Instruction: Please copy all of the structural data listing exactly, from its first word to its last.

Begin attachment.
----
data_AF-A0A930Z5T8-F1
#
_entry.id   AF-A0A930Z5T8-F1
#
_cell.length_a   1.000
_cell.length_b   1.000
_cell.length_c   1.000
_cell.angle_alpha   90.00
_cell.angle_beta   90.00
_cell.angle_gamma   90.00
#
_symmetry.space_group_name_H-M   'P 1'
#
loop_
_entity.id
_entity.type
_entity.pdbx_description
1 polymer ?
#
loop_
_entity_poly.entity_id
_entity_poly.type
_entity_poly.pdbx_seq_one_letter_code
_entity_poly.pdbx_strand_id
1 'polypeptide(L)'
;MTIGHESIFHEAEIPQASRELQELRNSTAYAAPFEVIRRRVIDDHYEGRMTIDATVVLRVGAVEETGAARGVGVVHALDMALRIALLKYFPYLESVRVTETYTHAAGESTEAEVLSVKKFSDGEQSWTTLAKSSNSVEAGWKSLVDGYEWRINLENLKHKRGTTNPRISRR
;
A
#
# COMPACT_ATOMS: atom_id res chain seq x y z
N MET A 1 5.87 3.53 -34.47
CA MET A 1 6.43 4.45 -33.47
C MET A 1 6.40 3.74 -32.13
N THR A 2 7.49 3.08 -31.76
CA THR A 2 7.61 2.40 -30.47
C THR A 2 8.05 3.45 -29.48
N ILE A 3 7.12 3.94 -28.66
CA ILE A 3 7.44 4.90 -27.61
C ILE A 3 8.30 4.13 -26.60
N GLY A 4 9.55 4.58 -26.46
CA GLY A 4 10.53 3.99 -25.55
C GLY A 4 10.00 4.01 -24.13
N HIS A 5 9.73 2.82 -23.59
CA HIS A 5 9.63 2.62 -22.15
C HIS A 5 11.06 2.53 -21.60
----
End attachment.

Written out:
data_AF-A0A930Z5T8-F1
#
_entry.id   AF-A0A930Z5T8-F1
#
_cell.length_a   1.000
_cell.length_b   1.000
_cell.length_c   1.000
_cell.angle_alpha   90.00
_cell.angle_beta   90.00
_cell.angle_gamma   90.00
#
_symmetry.space_group_name_H-M   'P 1'
#
loop_
_entity.id
_entity.type
_entity.pdbx_description
1 polymer ?
#
loop_
_entity_poly.entity_id
_entity_poly.type
_entity_poly.pdbx_seq_one_letter_code
_entity_poly.pdbx_strand_id
1 'polypeptide(L)'
;MTIGHESIFHEAEIPQASRELQELRNSTAYAAPFEVIRRRVIDDHYEGRMTIDATVVLRVGAVEETGAARGVGVVHALDMALRIALLKYFPYLESVRVTETYTHAAGESTEAEVLSVKKFSDGEQSWTTLAKSSNSVEAGWKSLVDGYEWRINLENLKHKRGTTNPRISRR
;
A
#
# COMPACT_ATOMS: atom_id res chain seq x y z
N MET A 1 5.87 3.53 -34.47
CA MET A 1 6.43 4.45 -33.47
C MET A 1 6.40 3.74 -32.13
N THR A 2 7.49 3.08 -31.76
CA THR A 2 7.61 2.40 -30.47
C THR A 2 8.05 3.45 -29.48
N ILE A 3 7.12 3.94 -28.66
CA ILE A 3 7.44 4.90 -27.61
C ILE A 3 8.30 4.13 -26.60
N GLY A 4 9.55 4.58 -26.46
CA GLY A 4 10.53 3.99 -25.55
C GLY A 4 10.00 4.01 -24.13
N HIS A 5 9.73 2.82 -23.59
CA HIS A 5 9.63 2.62 -22.15
C HIS A 5 11.06 2.53 -21.60